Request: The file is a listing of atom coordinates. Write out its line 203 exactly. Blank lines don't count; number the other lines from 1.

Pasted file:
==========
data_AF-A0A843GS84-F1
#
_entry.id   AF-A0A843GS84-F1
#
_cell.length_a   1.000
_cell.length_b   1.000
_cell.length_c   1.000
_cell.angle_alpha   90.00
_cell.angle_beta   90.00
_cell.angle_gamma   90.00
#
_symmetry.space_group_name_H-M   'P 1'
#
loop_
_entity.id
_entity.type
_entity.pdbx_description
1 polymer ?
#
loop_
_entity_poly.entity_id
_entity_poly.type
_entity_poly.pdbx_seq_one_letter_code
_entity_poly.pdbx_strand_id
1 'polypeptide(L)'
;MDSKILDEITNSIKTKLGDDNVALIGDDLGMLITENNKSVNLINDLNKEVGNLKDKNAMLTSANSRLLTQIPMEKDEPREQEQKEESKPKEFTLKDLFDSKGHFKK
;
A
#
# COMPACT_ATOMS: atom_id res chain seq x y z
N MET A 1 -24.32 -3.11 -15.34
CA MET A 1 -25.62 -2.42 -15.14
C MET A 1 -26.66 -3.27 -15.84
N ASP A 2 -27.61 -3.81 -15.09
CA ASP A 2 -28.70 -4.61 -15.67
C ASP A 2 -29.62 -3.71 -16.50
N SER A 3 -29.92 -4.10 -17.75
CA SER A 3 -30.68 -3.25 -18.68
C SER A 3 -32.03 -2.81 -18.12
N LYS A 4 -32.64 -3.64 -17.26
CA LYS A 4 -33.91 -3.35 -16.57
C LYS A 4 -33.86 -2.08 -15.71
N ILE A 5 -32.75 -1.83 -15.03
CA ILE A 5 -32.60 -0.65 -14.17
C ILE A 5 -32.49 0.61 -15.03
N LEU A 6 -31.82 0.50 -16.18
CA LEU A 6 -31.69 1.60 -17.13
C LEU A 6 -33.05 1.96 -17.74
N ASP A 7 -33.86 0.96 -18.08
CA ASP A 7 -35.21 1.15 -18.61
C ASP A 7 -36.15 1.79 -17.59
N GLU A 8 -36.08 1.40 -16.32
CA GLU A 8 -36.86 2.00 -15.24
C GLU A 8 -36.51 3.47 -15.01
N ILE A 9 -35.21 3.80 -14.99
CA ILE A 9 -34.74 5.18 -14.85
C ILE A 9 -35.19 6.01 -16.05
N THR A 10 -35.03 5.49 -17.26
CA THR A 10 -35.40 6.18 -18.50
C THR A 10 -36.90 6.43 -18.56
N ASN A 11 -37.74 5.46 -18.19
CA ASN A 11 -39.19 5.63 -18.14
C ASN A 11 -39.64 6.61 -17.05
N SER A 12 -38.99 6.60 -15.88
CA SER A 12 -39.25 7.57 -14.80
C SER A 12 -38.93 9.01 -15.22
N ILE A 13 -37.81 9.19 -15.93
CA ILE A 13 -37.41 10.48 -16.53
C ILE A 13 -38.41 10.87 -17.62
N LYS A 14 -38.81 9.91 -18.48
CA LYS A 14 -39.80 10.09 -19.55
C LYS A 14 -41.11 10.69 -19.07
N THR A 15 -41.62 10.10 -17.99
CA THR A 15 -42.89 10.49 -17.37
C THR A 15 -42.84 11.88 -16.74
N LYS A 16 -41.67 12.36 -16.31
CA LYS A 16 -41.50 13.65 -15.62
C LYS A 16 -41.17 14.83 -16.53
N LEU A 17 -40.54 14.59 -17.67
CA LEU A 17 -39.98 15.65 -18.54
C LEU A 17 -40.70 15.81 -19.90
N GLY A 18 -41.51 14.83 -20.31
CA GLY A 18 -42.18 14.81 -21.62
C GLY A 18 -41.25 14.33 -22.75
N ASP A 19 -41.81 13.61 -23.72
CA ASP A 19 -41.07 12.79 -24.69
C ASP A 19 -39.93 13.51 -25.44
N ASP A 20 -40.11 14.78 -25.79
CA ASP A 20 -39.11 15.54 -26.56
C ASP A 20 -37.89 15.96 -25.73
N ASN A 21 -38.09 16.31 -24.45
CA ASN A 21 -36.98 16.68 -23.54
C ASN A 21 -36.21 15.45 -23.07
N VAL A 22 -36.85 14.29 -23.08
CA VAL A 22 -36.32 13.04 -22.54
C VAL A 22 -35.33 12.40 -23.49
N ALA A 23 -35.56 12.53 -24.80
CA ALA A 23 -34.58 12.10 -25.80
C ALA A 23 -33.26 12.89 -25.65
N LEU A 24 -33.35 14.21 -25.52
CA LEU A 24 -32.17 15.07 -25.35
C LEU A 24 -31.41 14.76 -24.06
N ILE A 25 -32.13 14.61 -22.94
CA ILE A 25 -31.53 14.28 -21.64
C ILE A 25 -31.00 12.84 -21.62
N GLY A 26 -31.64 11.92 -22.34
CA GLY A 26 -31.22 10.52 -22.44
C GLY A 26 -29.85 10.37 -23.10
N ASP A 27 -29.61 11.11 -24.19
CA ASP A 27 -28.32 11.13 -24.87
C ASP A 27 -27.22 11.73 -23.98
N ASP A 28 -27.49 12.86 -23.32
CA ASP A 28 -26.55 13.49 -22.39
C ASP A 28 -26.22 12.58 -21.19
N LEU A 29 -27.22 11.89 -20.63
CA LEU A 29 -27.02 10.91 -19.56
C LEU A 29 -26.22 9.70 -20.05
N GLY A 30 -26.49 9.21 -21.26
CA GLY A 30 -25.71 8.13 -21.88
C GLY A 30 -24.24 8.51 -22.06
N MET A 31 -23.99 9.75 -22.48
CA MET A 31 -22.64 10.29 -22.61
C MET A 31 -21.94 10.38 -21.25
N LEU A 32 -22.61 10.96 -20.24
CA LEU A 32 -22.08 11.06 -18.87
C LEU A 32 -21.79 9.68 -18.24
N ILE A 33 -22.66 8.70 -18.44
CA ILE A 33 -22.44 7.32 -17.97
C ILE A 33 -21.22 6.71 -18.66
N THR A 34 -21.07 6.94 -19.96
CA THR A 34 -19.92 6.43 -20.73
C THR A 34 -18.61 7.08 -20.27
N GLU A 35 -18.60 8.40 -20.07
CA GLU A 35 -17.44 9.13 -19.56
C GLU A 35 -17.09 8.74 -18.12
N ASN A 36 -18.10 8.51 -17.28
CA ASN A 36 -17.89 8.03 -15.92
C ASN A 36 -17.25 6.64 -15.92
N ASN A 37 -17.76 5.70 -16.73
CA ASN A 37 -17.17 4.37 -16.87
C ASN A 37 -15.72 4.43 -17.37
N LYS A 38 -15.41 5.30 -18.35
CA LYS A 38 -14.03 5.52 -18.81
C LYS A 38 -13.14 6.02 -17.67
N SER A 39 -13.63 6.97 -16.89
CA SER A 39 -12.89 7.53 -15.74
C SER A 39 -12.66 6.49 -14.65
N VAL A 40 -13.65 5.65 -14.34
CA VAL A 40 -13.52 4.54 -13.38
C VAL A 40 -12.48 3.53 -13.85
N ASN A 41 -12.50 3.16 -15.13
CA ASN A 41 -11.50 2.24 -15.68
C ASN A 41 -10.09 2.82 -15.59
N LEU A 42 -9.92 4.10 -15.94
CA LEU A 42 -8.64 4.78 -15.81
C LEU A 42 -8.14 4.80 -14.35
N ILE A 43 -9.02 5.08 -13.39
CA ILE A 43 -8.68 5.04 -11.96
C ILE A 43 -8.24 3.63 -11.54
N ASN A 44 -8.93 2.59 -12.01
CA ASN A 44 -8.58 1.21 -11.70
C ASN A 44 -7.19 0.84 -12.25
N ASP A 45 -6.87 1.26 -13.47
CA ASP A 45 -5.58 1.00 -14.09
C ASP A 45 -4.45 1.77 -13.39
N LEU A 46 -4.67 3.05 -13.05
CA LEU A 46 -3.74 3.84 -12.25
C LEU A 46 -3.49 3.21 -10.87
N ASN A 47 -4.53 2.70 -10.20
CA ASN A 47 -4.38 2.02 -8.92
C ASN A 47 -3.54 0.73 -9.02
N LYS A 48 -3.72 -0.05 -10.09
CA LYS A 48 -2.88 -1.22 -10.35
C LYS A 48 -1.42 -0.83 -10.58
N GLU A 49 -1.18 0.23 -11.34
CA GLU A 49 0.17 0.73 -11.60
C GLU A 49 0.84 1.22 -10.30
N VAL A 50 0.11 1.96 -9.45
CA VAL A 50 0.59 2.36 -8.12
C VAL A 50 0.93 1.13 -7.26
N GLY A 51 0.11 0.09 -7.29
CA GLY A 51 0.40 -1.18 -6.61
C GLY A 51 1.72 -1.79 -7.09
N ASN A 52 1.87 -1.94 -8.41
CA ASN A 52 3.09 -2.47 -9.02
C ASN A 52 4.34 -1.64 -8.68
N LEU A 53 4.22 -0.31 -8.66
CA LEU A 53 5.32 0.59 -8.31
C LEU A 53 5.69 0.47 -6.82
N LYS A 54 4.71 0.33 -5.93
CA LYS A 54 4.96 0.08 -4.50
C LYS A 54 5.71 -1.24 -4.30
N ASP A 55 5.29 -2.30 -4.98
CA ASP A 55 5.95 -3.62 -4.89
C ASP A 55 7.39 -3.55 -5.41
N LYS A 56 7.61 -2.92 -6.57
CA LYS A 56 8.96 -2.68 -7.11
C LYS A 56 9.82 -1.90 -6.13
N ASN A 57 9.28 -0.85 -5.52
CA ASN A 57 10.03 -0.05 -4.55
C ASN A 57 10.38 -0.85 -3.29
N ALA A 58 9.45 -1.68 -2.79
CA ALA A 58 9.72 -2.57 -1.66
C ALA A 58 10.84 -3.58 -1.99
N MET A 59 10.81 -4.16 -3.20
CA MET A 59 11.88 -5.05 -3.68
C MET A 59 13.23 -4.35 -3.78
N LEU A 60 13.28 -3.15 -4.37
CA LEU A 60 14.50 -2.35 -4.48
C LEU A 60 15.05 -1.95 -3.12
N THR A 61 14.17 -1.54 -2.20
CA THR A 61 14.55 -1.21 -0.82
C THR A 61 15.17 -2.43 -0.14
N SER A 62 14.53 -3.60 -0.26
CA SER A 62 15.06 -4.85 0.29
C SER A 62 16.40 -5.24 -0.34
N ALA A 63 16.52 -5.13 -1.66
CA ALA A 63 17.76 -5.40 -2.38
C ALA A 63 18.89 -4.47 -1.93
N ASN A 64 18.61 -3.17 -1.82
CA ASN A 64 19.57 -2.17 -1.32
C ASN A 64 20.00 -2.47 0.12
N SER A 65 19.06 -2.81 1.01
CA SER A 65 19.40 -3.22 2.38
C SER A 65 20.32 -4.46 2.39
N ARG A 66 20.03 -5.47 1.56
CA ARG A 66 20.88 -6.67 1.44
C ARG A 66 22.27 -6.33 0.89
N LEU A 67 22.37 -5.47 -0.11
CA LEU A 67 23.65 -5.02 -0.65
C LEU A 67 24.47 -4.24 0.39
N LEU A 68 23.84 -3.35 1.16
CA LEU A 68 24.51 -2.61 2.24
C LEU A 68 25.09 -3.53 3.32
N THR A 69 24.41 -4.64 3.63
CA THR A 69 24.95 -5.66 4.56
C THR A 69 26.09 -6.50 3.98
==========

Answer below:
CA ALA A 58 9.72 -2.57 -1.66